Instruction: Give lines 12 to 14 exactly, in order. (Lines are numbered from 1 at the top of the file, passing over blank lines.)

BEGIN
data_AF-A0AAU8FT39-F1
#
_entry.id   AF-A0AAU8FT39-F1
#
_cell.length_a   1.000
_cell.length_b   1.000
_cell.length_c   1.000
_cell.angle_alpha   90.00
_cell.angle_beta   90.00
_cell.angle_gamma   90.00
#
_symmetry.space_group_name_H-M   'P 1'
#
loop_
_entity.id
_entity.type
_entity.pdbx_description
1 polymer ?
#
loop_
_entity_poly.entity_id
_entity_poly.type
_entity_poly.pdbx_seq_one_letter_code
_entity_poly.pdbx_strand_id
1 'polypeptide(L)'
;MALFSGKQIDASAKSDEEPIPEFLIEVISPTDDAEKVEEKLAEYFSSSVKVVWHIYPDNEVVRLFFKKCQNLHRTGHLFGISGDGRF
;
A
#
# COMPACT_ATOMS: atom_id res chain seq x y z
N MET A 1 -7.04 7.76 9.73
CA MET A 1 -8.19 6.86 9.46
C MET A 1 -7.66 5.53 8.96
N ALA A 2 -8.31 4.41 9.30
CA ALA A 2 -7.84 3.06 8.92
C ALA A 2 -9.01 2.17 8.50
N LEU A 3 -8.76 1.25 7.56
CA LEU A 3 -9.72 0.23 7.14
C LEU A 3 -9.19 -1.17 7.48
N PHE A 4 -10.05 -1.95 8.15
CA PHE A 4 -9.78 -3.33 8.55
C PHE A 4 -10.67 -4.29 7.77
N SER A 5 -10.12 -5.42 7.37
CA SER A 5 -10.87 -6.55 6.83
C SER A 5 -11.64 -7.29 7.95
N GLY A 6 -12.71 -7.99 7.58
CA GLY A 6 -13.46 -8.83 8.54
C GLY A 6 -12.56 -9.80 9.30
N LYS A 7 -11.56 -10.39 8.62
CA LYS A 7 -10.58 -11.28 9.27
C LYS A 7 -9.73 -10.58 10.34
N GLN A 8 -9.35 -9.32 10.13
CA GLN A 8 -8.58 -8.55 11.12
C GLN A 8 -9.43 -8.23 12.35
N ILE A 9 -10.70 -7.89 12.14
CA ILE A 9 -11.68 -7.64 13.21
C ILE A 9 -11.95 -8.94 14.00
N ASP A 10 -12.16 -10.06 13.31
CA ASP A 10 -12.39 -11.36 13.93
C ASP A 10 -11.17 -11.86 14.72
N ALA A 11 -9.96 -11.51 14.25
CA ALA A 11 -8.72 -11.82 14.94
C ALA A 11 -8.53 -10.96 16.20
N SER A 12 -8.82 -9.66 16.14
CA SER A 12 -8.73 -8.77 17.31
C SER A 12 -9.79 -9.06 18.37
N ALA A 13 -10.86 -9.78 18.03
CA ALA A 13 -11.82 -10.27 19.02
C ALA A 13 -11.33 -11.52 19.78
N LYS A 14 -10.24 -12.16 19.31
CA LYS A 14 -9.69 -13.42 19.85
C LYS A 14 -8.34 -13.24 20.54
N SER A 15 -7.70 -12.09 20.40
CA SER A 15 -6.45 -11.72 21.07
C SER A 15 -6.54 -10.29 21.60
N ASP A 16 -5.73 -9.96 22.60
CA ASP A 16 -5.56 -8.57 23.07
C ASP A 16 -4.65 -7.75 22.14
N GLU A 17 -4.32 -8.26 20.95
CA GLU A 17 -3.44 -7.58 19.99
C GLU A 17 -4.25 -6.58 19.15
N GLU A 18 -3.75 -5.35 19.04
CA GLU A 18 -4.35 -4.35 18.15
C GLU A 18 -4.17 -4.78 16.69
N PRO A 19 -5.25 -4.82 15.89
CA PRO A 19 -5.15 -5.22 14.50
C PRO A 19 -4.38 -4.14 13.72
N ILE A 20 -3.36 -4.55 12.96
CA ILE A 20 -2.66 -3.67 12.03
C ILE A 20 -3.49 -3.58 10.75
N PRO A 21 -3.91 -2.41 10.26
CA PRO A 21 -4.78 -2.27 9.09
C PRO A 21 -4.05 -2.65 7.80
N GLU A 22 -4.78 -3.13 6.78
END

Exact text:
_symmetry.space_group_name_H-M   'P 1'
#
loop_